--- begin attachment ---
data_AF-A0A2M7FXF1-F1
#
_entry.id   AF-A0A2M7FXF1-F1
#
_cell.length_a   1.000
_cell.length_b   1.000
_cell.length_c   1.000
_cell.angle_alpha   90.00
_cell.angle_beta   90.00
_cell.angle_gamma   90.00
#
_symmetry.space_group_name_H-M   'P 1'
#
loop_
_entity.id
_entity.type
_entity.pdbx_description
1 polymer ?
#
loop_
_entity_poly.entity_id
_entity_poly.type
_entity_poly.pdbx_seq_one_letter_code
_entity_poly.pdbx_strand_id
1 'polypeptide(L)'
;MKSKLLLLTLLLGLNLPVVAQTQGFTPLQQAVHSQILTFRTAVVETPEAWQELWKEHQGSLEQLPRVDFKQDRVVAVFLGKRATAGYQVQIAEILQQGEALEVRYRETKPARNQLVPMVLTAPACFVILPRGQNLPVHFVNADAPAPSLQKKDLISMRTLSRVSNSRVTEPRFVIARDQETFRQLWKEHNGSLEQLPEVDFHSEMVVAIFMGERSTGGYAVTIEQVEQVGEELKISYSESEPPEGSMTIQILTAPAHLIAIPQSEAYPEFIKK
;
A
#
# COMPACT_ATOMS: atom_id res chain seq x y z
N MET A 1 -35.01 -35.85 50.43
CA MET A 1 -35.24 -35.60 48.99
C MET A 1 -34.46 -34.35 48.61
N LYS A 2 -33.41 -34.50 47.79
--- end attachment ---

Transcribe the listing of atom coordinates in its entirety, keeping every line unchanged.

data_AF-A0A2M7FXF1-F1
#
_entry.id   AF-A0A2M7FXF1-F1
#
_cell.length_a   1.000
_cell.length_b   1.000
_cell.length_c   1.000
_cell.angle_alpha   90.00
_cell.angle_beta   90.00
_cell.angle_gamma   90.00
#
_symmetry.space_group_name_H-M   'P 1'
#
loop_
_entity.id
_entity.type
_entity.pdbx_description
1 polymer ?
#
loop_
_entity_poly.entity_id
_entity_poly.type
_entity_poly.pdbx_seq_one_letter_code
_entity_poly.pdbx_strand_id
1 'polypeptide(L)'
;MKSKLLLLTLLLGLNLPVVAQTQGFTPLQQAVHSQILTFRTAVVETPEAWQELWKEHQGSLEQLPRVDFKQDRVVAVFLGKRATAGYQVQIAEILQQGEALEVRYRETKPARNQLVPMVLTAPACFVILPRGQNLPVHFVNADAPAPSLQKKDLISMRTLSRVSNSRVTEPRFVIARDQETFRQLWKEHNGSLEQLPEVDFHSEMVVAIFMGERSTGGYAVTIEQVEQVGEELKISYSESEPPEGSMTIQILTAPAHLIAIPQSEAYPEFIKK
;
A
#
# COMPACT_ATOMS: atom_id res chain seq x y z
N MET A 1 -35.01 -35.85 50.43
CA MET A 1 -35.24 -35.60 48.99
C MET A 1 -34.46 -34.35 48.61
N LYS A 2 -33.41 -34.50 47.79